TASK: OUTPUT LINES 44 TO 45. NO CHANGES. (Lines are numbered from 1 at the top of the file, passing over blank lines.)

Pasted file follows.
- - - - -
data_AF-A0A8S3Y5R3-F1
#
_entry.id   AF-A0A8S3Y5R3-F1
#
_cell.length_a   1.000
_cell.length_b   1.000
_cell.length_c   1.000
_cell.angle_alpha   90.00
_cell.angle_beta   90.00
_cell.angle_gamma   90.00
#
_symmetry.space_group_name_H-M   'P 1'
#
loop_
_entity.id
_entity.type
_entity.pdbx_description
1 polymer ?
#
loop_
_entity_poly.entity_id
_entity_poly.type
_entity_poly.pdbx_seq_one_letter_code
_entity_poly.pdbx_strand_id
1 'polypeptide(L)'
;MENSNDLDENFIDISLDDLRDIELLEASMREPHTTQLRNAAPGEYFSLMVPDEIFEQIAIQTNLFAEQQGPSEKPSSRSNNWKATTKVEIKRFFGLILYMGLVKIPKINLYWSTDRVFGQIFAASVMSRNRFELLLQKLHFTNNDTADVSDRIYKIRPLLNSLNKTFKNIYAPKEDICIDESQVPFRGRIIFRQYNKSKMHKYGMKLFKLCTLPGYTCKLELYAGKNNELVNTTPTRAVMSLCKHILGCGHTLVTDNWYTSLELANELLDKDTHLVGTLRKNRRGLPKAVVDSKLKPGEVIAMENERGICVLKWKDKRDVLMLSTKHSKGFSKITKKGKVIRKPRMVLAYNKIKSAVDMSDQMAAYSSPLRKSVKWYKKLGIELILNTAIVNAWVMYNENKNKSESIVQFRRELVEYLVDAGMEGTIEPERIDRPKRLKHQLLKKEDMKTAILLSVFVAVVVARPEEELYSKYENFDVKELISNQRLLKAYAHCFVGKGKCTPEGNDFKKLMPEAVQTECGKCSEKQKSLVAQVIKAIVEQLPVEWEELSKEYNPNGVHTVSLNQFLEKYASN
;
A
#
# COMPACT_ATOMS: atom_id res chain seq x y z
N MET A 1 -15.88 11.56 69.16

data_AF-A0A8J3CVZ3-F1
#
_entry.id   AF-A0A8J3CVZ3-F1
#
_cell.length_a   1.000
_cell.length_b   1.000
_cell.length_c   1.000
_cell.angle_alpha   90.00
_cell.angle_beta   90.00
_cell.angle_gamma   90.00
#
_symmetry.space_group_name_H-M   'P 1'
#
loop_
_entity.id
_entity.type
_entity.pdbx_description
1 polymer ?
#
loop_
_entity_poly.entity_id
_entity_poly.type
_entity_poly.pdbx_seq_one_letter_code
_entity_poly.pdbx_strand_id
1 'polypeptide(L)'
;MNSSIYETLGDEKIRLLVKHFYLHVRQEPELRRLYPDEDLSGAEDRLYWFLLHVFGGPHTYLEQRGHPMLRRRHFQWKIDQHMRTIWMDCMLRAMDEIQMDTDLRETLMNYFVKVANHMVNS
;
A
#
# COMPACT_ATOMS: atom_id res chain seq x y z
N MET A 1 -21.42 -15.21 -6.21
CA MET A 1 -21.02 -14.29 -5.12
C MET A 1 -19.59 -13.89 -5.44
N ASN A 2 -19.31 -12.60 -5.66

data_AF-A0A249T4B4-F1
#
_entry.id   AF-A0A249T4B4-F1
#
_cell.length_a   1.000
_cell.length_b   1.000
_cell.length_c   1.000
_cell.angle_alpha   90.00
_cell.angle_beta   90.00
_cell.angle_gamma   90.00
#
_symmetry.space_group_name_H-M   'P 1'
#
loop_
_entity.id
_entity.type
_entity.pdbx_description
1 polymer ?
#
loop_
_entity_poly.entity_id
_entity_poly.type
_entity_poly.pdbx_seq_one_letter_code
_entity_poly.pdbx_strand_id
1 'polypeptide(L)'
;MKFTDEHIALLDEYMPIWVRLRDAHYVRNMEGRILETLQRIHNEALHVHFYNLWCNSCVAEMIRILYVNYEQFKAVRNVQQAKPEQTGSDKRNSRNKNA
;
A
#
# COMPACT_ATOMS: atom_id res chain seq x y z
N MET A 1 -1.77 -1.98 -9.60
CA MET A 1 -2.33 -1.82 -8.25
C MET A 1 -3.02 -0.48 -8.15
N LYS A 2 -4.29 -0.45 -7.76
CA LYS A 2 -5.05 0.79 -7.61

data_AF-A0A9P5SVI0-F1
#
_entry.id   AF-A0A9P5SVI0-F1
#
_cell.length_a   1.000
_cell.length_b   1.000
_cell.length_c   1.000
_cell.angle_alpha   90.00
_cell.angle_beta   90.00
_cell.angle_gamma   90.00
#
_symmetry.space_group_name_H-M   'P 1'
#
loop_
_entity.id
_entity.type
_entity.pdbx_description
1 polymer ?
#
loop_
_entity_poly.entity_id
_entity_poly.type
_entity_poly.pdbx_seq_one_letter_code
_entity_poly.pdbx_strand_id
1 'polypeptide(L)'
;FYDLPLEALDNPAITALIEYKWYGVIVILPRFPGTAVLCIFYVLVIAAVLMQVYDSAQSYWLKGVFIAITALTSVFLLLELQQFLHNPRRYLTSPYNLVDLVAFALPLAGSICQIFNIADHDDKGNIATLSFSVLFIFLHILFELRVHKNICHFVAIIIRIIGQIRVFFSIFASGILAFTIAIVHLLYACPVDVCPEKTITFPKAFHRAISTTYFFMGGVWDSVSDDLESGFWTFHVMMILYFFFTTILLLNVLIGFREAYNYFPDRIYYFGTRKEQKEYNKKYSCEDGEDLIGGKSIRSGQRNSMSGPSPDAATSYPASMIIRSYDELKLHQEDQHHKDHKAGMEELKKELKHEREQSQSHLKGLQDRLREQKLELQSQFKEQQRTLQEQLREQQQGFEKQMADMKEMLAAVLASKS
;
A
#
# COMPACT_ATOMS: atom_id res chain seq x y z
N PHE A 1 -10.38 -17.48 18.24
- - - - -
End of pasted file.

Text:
#
loop_